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U.S. Strikes Gold

Atlanta 1996 Olympics

July 22, 1996|BILL PLASCHKE | TIMES STAFF WRITER

ATLANTA — Olympic watchers from this country weren't the only ones breathing easier Sunday after the U.S. won its first two gold medals on the second day of the Summer Games.

So was swimmer Tom Dolan, who overcame exercise-induced asthma to win the first American gold medal in Atlanta with a final-lap sprint in the 400-meter individual medley at the Georgia Tech Aquatic Center.

With a time of 4 minutes, 14.90 seconds, Dolan defeated U.S. teammate Eric Namesik by just over three-tenths of a second.

"It was definitely a struggle to get through it," said Dolan, 20, a University of Michigan student who keeps an inhaler by the pool when he practices because of occasional blackouts. "I had a lot of trouble breathing today . . . more trouble tonight.

"But I knew if I got in the race, my body would fight through it."

Later in the evening, the U.S. used a fast anchor leg by Ryan Berube to win a gold medal in the men's 800-meter freestyle relay. With a time of 7:14.84, the U.S. won by nearly three seconds over Sweden. It was the U.S. men's eighth victory in that event in the nine Olympics in which it has participated since 1960.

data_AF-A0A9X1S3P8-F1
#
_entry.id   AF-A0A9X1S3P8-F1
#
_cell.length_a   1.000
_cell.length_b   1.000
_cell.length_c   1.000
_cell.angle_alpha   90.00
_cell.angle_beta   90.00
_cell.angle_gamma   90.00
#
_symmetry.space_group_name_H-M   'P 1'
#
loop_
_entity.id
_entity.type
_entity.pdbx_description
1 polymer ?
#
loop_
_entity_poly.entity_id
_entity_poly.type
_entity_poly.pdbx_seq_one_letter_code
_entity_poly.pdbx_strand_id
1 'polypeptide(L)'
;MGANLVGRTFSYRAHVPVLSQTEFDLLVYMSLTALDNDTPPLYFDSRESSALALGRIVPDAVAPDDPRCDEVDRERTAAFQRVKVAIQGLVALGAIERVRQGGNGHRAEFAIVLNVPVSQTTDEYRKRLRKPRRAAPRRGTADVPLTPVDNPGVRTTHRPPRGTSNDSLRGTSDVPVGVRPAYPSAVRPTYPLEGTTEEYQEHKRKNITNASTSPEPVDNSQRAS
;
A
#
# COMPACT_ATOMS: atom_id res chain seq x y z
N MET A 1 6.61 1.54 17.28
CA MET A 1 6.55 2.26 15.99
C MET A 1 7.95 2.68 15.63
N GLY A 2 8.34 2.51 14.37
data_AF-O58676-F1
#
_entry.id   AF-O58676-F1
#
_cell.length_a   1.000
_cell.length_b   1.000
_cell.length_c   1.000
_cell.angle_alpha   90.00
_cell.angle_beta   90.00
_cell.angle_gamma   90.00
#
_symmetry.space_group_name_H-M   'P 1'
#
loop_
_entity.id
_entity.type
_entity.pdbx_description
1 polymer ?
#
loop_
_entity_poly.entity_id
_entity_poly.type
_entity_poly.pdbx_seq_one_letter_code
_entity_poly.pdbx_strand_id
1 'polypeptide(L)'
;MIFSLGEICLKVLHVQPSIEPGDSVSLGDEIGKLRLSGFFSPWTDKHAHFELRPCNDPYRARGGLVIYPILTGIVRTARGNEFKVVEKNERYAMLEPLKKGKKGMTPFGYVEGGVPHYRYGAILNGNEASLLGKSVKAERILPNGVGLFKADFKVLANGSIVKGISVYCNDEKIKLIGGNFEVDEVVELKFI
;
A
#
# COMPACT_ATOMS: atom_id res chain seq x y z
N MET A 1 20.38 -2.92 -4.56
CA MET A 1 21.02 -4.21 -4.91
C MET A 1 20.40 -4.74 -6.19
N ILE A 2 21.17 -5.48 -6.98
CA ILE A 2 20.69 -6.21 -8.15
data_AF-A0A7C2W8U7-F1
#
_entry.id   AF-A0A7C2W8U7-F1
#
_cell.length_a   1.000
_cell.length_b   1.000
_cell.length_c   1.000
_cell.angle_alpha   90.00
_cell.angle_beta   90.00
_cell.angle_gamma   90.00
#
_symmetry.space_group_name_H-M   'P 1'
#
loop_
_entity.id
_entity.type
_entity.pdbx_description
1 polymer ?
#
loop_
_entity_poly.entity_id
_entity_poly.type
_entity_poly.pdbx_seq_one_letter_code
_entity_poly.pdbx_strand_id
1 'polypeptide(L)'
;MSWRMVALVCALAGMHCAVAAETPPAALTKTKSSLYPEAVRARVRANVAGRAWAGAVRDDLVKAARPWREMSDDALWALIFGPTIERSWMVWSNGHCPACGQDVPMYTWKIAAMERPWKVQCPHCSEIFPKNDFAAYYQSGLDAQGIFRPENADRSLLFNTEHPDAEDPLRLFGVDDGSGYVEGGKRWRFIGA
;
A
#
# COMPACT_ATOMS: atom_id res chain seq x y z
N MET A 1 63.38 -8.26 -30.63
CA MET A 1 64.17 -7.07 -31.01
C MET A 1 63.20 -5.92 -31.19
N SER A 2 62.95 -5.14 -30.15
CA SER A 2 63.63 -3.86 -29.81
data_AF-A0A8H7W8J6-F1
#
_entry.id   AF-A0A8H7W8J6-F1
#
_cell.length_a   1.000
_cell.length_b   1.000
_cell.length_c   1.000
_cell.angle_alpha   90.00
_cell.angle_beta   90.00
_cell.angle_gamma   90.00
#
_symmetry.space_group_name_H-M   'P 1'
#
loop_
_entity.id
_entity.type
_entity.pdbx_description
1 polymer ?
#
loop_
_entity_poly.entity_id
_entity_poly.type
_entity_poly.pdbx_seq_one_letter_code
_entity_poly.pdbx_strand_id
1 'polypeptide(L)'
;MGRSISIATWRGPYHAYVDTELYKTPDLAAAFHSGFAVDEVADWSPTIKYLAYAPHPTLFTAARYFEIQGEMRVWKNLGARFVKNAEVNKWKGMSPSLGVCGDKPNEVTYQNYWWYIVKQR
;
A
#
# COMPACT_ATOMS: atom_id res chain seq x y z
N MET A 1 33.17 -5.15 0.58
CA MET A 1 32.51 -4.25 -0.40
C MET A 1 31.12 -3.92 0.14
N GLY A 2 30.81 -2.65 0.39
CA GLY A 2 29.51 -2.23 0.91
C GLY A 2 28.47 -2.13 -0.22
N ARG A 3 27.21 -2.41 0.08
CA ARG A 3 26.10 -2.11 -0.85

In Sunday's other Olympic highlight, Amanda Beard, the 14-year-old from Irvine who was primed to become one of the Games' stereotypical sweethearts, finished second by less than four-tenths of a second to South Africa's Penny Heyns in the 100-meter breaststroke.

Even though Beard's time of 1:08.09--just behind Heyns' 1:07.72--was an American record, it was not considered Beard's best event. She is expected to have a better chance at the gold Tuesday in the 200-meter breaststroke and may also appear in the 400 medley relay Wednesday.

It appeared that Beard's right toe became caught on the starting block before the race.

"My toe went over the edge and I was trying to move back and I was like, 'Oh gosh,' " Beard said.

Beard fell far enough behind Heyns that even Beard's trademark closing kick was not sufficient. Heyns had set a world record in the preliminaries with a time of 1:07.02.

Details in Sports.

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